Up for Grabs
Political races coming down to wire as experts, supporters look toward polls on Election Day
For months, students, city officials, candidates and volunteers have worked to prepare for today’s election — whether it was registering voters, campaigning or canvassing for their favorite candidate.
This morning, election officials were scheduled to arrive at the polls by 5:45 a.m., setting up voting booths in preparation for roughly 3,000 new voters, plus thousands who already are registered.
The combination of the high-profile presidential and local elections on the ballot and an influx of new voters could lead to long lines at East Lansing precincts and high voter turnout similar to the
Rock the vote
In preparation for this year’s race, East Lansing City Hall, 410 Abbot Road, has processed more than 3,000 new voter registrations and has seen many student groups helping to register voters.
This increased interest in voting, combined with the recent influx of freshmen admitted to MSU and a population rise in East Lansing as a whole, has led City Clerk Marie McKenna to anticipate a large voter turnout this election.
Monday morning, more absentee voter ballots were issued than in the 2008 election with hundreds projected to be received by the deadline at 8 p.m. tonight.
“Simply, there are more people in East Lansing,” McKenna said. “People are very passionate about the issues. There’s been a lot of education about getting out to vote … being a university town, having the opportunity to engage and discuss policy in the classroom — that translates to voting.”
As a result of more registered voters, McKenna said a new precinct could be in the works for future elections, which would make voting easier for some students — a critical demographic experts say has been harder to persuade to vote.
Because of this, social relations and policy sophomore Rawley Van Fossen said volunteering at a Democratic calling center was important to spread the word to student voters, who carry more weight in the election than they might realize.
“The student vote is so important,” Van Fossen said. “If you look at the 2008 election, (Obama) was elected by youth vote; they carried the election in 2008 … with regards to college affordability, health insurance … all those touch base and relate to
Because the student vote was unreliable in the past, MSU College Republicans vice chair Cody Hibbs said their showing in 2008 made a large difference in the outcome of the election, and this year’s outcome is up in the air, depending on the student vote.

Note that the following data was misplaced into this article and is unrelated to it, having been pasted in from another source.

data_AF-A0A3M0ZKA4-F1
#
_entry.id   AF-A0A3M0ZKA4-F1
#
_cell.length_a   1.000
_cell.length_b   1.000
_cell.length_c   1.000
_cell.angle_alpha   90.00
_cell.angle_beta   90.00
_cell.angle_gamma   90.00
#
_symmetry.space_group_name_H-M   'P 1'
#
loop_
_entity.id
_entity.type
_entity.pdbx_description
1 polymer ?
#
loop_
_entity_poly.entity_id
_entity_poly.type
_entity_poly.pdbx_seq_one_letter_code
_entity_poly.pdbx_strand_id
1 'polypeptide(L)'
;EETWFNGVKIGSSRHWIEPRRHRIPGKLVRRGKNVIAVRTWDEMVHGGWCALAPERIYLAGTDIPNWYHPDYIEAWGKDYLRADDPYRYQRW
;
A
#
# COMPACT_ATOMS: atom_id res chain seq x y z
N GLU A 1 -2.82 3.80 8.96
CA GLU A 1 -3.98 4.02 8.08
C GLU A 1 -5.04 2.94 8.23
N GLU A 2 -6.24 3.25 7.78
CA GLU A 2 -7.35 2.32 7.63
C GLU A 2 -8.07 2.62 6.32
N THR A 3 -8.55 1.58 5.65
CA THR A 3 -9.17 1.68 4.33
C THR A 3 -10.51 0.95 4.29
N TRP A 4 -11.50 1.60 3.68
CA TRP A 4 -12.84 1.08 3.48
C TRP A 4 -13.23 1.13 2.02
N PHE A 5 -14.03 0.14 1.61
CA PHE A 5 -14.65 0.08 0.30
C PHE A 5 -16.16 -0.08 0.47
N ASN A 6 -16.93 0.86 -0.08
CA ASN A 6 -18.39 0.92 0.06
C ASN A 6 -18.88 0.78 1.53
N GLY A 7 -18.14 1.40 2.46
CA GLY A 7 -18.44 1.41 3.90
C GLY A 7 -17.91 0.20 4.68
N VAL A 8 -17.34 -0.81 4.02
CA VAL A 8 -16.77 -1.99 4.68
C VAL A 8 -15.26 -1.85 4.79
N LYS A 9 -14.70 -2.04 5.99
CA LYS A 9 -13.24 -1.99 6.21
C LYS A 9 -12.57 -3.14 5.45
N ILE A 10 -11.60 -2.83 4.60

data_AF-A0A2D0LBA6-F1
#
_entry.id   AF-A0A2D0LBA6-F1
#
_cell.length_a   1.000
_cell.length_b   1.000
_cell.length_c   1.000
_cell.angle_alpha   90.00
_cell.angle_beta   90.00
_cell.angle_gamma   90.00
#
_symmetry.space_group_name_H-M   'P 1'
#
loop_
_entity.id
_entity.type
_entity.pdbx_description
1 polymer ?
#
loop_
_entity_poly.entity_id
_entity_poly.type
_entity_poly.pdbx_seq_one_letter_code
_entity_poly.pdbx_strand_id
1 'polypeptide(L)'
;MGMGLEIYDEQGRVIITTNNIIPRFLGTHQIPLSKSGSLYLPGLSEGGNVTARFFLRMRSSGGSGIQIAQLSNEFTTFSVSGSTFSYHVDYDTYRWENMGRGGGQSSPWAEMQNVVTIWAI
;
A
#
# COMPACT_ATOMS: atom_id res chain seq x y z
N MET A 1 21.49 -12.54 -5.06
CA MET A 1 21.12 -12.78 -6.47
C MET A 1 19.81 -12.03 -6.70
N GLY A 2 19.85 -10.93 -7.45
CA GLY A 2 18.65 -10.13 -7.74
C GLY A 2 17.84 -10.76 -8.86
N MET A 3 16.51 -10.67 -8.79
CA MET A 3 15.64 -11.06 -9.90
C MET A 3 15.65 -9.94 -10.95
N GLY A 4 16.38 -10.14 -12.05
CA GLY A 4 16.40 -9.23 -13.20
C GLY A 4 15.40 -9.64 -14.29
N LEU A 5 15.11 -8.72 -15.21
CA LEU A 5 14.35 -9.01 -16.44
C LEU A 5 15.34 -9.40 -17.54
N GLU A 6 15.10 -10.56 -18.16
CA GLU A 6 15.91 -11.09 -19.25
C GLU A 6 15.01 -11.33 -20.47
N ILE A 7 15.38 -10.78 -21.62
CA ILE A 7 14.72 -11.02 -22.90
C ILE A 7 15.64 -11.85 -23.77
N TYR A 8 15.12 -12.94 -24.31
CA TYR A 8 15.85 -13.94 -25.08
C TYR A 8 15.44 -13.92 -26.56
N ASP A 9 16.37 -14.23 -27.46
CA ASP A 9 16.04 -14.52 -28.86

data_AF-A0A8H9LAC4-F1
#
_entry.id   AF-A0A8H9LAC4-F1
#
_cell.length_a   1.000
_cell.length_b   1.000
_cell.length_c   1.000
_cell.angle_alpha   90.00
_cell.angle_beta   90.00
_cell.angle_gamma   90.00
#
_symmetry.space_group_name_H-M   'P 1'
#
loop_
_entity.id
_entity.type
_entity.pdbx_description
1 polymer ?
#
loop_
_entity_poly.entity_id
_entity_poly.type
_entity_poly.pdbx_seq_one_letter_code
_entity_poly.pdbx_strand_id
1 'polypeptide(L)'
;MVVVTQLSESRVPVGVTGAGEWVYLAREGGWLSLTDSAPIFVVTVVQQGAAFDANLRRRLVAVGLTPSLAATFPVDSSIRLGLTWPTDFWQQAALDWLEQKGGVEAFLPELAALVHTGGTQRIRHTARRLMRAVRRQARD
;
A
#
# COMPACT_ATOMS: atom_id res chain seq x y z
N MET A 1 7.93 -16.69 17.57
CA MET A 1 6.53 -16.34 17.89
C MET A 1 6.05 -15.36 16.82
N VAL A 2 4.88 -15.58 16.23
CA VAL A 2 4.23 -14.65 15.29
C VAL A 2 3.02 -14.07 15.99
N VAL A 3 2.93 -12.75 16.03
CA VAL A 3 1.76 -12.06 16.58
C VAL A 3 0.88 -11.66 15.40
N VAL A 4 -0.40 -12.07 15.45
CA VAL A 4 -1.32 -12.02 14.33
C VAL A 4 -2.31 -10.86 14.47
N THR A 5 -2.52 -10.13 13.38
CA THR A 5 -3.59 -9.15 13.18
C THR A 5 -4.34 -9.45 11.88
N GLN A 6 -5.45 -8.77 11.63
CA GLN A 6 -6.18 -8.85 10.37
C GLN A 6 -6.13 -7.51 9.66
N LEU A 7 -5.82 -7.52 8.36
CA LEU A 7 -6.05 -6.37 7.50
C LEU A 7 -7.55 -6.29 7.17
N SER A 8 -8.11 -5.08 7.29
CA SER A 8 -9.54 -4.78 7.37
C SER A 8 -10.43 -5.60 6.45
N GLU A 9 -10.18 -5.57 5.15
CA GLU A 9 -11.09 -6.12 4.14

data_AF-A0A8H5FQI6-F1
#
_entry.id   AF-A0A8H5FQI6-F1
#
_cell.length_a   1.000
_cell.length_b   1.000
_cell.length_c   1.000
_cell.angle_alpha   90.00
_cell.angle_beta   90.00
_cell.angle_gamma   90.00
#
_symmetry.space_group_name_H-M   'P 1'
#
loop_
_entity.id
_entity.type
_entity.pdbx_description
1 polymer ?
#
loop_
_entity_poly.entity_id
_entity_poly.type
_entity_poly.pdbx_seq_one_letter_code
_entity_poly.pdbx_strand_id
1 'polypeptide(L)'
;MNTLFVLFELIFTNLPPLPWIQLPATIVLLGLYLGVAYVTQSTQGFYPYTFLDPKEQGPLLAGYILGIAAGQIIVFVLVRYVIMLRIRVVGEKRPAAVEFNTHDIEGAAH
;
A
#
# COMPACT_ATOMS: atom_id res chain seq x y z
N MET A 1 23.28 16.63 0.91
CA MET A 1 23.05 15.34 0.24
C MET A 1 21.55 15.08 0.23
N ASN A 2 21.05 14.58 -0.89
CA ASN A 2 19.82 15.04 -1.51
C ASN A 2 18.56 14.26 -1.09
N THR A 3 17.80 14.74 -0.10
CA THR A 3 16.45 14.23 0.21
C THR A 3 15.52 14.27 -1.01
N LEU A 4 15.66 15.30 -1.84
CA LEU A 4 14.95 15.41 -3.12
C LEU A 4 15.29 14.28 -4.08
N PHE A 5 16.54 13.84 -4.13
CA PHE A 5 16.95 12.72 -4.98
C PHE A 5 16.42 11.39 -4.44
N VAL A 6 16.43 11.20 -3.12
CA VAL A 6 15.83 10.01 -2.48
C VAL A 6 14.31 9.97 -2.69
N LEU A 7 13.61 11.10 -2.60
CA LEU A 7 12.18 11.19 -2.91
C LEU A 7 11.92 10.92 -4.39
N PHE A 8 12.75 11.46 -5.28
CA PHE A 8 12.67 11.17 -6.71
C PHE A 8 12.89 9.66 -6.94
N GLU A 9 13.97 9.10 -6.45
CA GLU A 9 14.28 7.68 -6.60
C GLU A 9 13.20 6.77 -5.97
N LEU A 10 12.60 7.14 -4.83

Assistant professor of political science Matt Grossmann also said the large numbers of volunteers and advertising in the campaigns for this election likely will encourage some students who were on the fence.
Recently, groups such as MSU’s YouVote initiative, as well as groups of volunteers associated with candidates and specific parties, have grown in numbers to work with the city to register students prior to this election, Grossmann said.
“We went through a period in the ‘70s, ‘80s and ‘90s where parties weren’t working to turn people out to vote … now, most voters receive some kind of contact to get them to turn out,” Grossmann said. “That makes a difference.”
Crunching the numbers
Students and experts agreed that the numbers for this election most likely will be similar to what was seen in the 2008 election, if not higher.
“If you’re in a college town, you’re in a highly educated town, which is another part,” Grossmann said. “Education is another big predictor if you’ll turn out … (You have a combination of) young people driving the low turnout and the educated population driving higher turnout.”
Although the election might not have as much hype as the last election, MSU College Democrats President Stephen Wooden said he still feels the excitement within the university.
“The energy level might not be as sensational (as four years ago), but I believe there is still a strong enthusiasm on this campus to get the student voice heard,” Wooden said.
McKenna said the mix of the high-profile presidential and local races featured in this election will encourage excitement among students and bring a high number of voters to the polls.
“Obviously, (the) presidential race is going to be a hot issue, but locally, I think we have really important issues,” McKenna said. “54-B (District Court judge) and state representative races are of great interest locally … all of those things contribute to a great turnout.”